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It seems the words in the nineteenth verse of the third of the Acts, “ times of refreshing," are held by writers to be doubtful, as to what time was intended by them, yet the most reasonable construction must be, the appearing of Christ; and which the words,“ presence of the Lord,” strongly show; but, whether they do or not, it is most certain they must refer to a future time for sins to be blotted out, and not at the time of repentance and conversion. The conversion here meant must be a conversion to the faith of Christ; it is therefore clear, there can be no blotting out of sins at the time of repentance and conversion, but at “ the times of refreshing,” whenever that may be. It is not possible to form a text which could be more conclusive than this is for establishing the principle now contended for, that remission of sins is future; the mode by which the remission is to be obtained is first stated, and the time when that remission is to take place. From this text two certain conclusions are to be drawn; one, that repentance and conversion are absolutely and indispensably necessary for a sinner to obtain remission of sins; the other, the time when the remission will take place, after a due observance of the injunction given.

We will now offer an argument against justification in this life, which must have a very con

vincing effect. It having been shown, that man can at any time during life fall from grace and faith, and be annihilated as to life eternal, we will suppose this case to have taken place, that a man has had faith, and thereby has had his sins pardoned, and he afterwards draws back, or falls from faith. We have seen that every secret thing is to be brought forward at the day of judgment; what is to become of those sins which have been remitted in this life? Can sins which have been pardoned be then brought against the transgressor ? If they can, the remission has had no virtual effect; and if they cannot, the statement that every work is to be brought into judgment, and man is to receive according to that he hath done, whether good or bad, cannot be relied upon as well founded.

CHAPTER VI.

AN ENQUIRY INTO THE DAY OF JUDGMENT.

The day of judgment having a close connexion with the justification and salvation of man, it becomes necessary to see and learn for what use and

purpose it was ordained. Job xix. 29. “Be ye afraid of the sword: for wrath bringeth the punishments of the sword, that

ye may know there is a judgment.” Jude 6. “ And the angels which kept not their first estate, but left their own habitation, he hath reserved in everlasting chains, under darkness, unto the judgment of the great day.”

1 Thess. v. 2. “ For yourselves, know perfectly that the day of the Lord so cometh as a thief in the night.”

Jude 15. “ To execute judgment upon all, and to convince all that are ungodly among them of all their ungodly deeds which they have ungodly committed, and of all their hard speeches which ungodly sinners have spoken against him.”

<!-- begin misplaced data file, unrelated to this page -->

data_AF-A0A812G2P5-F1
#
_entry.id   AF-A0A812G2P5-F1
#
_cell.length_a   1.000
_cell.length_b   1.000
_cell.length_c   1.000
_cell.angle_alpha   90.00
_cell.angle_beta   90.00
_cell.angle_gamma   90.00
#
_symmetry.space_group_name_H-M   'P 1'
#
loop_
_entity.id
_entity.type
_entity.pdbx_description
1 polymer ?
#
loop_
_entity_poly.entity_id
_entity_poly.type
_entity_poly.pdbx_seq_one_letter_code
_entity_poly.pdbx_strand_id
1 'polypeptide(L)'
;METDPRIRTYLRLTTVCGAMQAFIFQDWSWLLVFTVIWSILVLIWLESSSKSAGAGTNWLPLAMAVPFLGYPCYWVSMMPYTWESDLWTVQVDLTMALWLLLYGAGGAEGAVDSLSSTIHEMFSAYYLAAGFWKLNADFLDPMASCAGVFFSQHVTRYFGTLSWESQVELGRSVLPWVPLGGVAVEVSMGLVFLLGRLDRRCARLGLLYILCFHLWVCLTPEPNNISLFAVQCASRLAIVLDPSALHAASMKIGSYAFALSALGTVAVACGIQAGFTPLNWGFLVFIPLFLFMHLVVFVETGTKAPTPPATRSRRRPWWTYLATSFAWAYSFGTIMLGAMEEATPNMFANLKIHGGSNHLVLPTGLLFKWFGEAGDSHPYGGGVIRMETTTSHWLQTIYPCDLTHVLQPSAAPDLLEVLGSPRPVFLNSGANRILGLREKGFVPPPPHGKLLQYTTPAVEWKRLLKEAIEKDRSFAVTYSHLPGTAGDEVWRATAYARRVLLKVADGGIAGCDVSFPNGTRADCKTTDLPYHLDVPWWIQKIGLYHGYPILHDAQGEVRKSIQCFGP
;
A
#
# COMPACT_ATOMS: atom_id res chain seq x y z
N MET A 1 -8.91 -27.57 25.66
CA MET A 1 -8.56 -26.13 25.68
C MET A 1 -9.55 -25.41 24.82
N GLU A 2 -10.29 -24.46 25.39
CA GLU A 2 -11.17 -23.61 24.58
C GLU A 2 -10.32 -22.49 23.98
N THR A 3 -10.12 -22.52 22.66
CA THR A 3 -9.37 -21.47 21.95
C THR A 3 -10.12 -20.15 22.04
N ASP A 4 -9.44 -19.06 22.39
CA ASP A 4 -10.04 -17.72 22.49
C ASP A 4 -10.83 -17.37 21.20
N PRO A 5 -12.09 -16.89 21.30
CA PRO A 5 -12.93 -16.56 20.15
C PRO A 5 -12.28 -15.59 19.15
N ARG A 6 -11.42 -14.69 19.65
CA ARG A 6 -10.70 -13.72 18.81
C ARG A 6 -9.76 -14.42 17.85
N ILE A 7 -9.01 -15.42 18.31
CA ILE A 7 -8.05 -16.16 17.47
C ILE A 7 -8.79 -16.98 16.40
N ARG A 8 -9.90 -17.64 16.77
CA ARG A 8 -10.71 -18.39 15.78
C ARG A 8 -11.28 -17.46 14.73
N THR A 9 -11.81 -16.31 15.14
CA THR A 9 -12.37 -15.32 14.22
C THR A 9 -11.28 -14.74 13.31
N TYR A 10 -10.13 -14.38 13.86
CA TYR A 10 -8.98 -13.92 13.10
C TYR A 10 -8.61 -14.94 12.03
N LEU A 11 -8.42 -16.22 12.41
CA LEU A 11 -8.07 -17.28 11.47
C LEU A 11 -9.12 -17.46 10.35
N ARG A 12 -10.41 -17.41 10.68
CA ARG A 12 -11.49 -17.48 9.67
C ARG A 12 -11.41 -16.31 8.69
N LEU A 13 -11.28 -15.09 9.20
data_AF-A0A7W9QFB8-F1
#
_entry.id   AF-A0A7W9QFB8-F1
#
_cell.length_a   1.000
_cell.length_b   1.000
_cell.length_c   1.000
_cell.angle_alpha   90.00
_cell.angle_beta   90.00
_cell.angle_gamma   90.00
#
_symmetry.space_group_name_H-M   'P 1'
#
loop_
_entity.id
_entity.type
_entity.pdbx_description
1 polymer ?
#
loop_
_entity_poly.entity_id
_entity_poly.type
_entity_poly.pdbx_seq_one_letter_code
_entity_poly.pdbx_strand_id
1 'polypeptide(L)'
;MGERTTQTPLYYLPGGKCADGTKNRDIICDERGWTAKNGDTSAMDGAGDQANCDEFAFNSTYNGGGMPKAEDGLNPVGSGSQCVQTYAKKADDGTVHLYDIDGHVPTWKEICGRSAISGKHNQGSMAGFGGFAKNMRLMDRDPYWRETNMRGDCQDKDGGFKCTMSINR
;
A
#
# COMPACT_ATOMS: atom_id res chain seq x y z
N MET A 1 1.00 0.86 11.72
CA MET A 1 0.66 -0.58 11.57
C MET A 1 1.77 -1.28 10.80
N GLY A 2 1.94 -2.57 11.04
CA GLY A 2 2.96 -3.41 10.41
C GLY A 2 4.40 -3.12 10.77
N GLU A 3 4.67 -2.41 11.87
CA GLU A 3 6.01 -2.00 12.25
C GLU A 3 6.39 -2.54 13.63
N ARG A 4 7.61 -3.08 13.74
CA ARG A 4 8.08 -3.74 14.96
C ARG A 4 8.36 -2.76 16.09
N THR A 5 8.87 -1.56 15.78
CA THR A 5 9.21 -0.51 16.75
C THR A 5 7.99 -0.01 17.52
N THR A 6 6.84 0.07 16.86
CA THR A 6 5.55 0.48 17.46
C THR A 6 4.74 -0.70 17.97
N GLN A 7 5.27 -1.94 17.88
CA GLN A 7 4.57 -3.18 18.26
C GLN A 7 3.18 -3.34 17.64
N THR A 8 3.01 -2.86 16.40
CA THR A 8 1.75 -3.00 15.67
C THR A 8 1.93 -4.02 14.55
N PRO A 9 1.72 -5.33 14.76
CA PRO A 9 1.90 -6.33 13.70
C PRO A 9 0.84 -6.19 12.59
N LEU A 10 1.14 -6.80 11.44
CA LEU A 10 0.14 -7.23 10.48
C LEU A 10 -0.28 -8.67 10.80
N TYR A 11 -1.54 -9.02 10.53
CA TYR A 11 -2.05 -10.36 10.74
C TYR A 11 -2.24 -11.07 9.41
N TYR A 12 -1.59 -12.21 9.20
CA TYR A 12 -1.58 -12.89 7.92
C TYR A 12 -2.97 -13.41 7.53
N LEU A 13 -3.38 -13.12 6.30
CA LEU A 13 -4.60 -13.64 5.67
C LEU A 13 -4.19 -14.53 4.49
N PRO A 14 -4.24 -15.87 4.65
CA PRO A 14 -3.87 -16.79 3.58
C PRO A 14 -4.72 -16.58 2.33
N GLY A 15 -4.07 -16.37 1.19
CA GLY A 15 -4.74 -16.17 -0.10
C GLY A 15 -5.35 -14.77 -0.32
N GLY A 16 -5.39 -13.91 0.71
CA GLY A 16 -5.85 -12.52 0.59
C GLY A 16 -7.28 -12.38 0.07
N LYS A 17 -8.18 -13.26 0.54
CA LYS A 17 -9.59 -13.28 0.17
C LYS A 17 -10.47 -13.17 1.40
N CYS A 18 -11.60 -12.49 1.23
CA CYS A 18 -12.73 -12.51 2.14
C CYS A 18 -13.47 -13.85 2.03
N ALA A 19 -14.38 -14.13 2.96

Rom. xiv. 10. “But why dost thou judge thy brother ! or, why dost thou set at nought thy brother ? for we shall all stand before the judgment seat of Christ.”

Ibid. 11. “ For it is written, As I live, saith the Lord, every knee shall bow to me, and every tongue shall confess to God.”

Ibid. 12. “ So then every one of us shall give account of himself to God.”

Ibid. ii. 16. “ In the day when God shali judge the secrets of men by Jesus Christ according to my Gospel.”

2 Cor. v. 10. “ For we must all appear before the judgment seat of Christ ; that every one may receive the things done in his body, according to that he hath done whether it be good or bad."

Eccles. xii. 14. “ For God shall bring every work into judgment, with every secret thing, whether it be good or whether it be evil.”

Matt. xii. 36. “ But I say unto you, That every idle word that man shall speak, they shall give account thereof in the day of judgment."

James i. 12. “ Blessed is the man that endureth temptation ; for when he is tried, he shall receive the crown of life, which the Lord hath promised to them that love him.”

The word judgment has been most properly explained by Mr. Cruden, in his Concordance,

to be “ the solemn action and trial at the great and last day.”

That there is to be a day of judgment is so fully and clearly shown, in many parts of Scripture, it appears almost a waste of words to produce authorities for that purpose; but from the above texts these certain facts are to be collected, that there will be a day of judgment, which will come as a thief in the night, and when we must all appear, and stand before the judgment seat of Christ, that every one may give account of himself, and receive the things done in his body, according to that he hath done, whether it be good or bad,” and “ when God shall judge the secrets of men by Jesus Christ,' and “ bring every work into judgment with every secret thing, whether it be good or whether it be evil,” and “every idle word that men shall speak, they shall give account thereof;" and “ blessed is the man that endureth temptation, for when he is tried he shall receive the crown of life, which the Lord hath promised to them that love him.” Here we have a full, clear, certain, and particular description, not only of what is meant by the day of judgment, which must be a day of trial, but also of such matters as are to be brought forward, and what the proceedings will then be, which are to take place at that awful and solemn tribunal of the Lord of hosts.

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